Friday, October 16, 2009

Ignite, ArtBlog, Independence Starts Here...

Had the great experience of participating as a speaker in the most recent Ignite Philly 4 at Johnny Brenda's this past  week. Here is how they describe the program: "Ignite Philly is part of a worldwide network that entertains and educates people in short 5 minute bursts. Ignite Philly is the local group, and is our way to highlight great ideas coming to life here in Philadelphia.Each presenter is on stage for  a total of 5 minutes (20 slides, at 15 seconds each slide). These talks are a ’spark’ if you will, they are lightening fast and leave people with a new idea to mull over and talk about." As a presenter, it is a very interesting presentation challenge, similar to Pecha Kucha now all the rage at conferences - you've got to be REALLY concise and engaging. The thing about Ignite is that it is not a conference. The atmosphere is more alternative music concert/battle of the bands or poetry slam. I spoke about the state of public art in Philadelphia (see my recent post on the subject). It was a very cool experience, and also made me feel very OLD...

Roberta Fallon and Libby Rossoff recently interviewed me for The ArtBlog, one of the great local blogs I follow and so I thought I would share it with you here. They also have a great map-based gallery guide that I think is the best resource of its kind in Philadelphia.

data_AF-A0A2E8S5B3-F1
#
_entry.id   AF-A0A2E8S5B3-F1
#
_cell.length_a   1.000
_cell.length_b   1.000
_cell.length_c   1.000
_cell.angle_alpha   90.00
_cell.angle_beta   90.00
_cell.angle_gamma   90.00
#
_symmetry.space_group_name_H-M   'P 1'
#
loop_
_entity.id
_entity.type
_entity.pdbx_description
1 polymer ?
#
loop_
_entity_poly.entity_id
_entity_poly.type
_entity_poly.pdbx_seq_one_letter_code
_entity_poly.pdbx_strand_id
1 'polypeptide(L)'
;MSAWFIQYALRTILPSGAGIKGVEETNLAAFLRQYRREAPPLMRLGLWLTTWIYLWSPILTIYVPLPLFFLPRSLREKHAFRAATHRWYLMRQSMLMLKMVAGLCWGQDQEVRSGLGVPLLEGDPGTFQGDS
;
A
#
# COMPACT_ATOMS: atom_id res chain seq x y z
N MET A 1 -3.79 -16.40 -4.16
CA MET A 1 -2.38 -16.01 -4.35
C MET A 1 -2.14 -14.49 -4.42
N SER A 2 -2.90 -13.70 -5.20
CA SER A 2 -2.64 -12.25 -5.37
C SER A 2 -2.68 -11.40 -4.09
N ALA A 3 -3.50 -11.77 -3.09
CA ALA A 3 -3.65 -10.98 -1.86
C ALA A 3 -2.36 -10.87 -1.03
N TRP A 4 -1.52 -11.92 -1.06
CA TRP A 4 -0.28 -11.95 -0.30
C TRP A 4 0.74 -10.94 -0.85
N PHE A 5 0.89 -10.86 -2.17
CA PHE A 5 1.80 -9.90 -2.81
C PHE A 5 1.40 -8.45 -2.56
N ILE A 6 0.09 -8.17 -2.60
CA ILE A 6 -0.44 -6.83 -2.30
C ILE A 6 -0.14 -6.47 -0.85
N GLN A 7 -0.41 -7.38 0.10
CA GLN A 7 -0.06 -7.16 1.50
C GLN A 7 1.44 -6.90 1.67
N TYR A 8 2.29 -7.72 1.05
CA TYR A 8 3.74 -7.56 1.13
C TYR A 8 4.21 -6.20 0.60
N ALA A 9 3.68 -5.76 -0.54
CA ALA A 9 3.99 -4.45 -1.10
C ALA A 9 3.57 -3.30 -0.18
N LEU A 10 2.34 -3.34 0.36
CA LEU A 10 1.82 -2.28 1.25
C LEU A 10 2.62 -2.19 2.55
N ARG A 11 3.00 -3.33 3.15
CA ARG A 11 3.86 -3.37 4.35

Last week I participated in a press conference for a new initiative called Independence Starts Here. This is a great new program to increase access to the arts for people with disabilities. It is a collaboration between Art Reach, The Philly Fun Guide of Greater Philadelphia Cultural Alliance and Amaryllis Theatre Company. Primary funding for the project comes from the PNC Arts Alive grant program. The great thing about this program is that it addresses not only helping arts organizations make their programs accessible for audiences with visual or hearing impairments, but also helps connect those programs to the audiences that will take advantage of them. A whole new "access" area has been added to the Philly Fun Guide web site, and partnerships with an array of disability services organizations will get the word out directly to their constituencies. This marketing component is where so many arts access programs fall short. Organizations do a sign-interpreted performance, for example, and when deaf audiences don't show up the arts groups stops interpreting, saying "we tried it but nobody came." And the deaf arts lovers say "we don't go because we have no idea how to find out what is available." Voila!  At least for Philly, Independence Starts Here seems to be a pretty effective way to bridge that gap.

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